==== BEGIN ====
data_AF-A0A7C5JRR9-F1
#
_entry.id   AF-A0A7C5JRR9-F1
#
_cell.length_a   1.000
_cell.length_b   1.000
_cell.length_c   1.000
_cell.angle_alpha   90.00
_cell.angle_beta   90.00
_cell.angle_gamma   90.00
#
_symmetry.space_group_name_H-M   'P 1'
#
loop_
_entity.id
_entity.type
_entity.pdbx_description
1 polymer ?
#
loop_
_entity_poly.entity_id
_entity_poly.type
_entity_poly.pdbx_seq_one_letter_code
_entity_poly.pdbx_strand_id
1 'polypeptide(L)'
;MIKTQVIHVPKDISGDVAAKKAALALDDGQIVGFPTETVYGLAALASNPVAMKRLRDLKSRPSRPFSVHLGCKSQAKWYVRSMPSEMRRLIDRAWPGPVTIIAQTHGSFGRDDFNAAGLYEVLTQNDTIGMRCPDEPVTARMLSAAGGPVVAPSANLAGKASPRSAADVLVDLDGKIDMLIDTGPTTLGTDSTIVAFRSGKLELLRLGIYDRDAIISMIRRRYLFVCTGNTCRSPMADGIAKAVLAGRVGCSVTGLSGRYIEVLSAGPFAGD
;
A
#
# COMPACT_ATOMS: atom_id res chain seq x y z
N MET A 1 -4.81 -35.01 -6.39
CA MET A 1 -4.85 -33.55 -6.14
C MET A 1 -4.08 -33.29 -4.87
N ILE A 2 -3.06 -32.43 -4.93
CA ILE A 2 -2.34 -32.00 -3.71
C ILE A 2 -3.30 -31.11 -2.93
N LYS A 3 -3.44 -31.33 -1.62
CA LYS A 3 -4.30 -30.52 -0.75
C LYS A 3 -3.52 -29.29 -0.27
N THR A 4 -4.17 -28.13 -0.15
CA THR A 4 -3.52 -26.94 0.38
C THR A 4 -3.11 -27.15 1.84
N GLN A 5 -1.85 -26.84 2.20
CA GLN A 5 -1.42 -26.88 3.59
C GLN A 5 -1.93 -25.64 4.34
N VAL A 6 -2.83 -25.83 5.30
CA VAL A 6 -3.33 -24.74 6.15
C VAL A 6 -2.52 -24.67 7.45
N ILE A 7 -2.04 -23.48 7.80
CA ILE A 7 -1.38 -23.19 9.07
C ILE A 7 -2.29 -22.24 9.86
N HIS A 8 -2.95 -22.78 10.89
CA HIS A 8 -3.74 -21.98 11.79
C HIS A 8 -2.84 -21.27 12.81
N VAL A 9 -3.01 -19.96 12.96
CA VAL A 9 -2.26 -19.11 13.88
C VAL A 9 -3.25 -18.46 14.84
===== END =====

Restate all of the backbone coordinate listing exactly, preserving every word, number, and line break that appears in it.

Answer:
data_AF-A0A7C5JRR9-F1
#
_entry.id   AF-A0A7C5JRR9-F1
#
_cell.length_a   1.000
_cell.length_b   1.000
_cell.length_c   1.000
_cell.angle_alpha   90.00
_cell.angle_beta   90.00
_cell.angle_gamma   90.00
#
_symmetry.space_group_name_H-M   'P 1'
#
loop_
_entity.id
_entity.type
_entity.pdbx_description
1 polymer ?
#
loop_
_entity_poly.entity_id
_entity_poly.type
_entity_poly.pdbx_seq_one_letter_code
_entity_poly.pdbx_strand_id
1 'polypeptide(L)'
;MIKTQVIHVPKDISGDVAAKKAALALDDGQIVGFPTETVYGLAALASNPVAMKRLRDLKSRPSRPFSVHLGCKSQAKWYVRSMPSEMRRLIDRAWPGPVTIIAQTHGSFGRDDFNAAGLYEVLTQNDTIGMRCPDEPVTARMLSAAGGPVVAPSANLAGKASPRSAADVLVDLDGKIDMLIDTGPTTLGTDSTIVAFRSGKLELLRLGIYDRDAIISMIRRRYLFVCTGNTCRSPMADGIAKAVLAGRVGCSVTGLSGRYIEVLSAGPFAGD
;
A
#
# COMPACT_ATOMS: atom_id res chain seq x y z
N MET A 1 -4.81 -35.01 -6.39
CA MET A 1 -4.85 -33.55 -6.14
C MET A 1 -4.08 -33.29 -4.87
N ILE A 2 -3.06 -32.43 -4.93
CA ILE A 2 -2.34 -32.00 -3.71
C ILE A 2 -3.30 -31.11 -2.93
N LYS A 3 -3.44 -31.33 -1.62
CA LYS A 3 -4.30 -30.52 -0.75
C LYS A 3 -3.52 -29.29 -0.27
N THR A 4 -4.17 -28.13 -0.15
CA THR A 4 -3.52 -26.94 0.38
C THR A 4 -3.11 -27.15 1.84
N GLN A 5 -1.85 -26.84 2.20
CA GLN A 5 -1.42 -26.88 3.59
C GLN A 5 -1.93 -25.64 4.34
N VAL A 6 -2.83 -25.83 5.30
CA VAL A 6 -3.33 -24.74 6.15
C VAL A 6 -2.52 -24.67 7.45
N ILE A 7 -2.04 -23.48 7.80
CA ILE A 7 -1.38 -23.19 9.07
C ILE A 7 -2.29 -22.24 9.86
N HIS A 8 -2.95 -22.78 10.89
CA HIS A 8 -3.74 -21.98 11.79
C HIS A 8 -2.84 -21.27 12.81
N VAL A 9 -3.01 -19.96 12.96
CA VAL A 9 -2.26 -19.11 13.88
C VAL A 9 -3.25 -18.46 14.84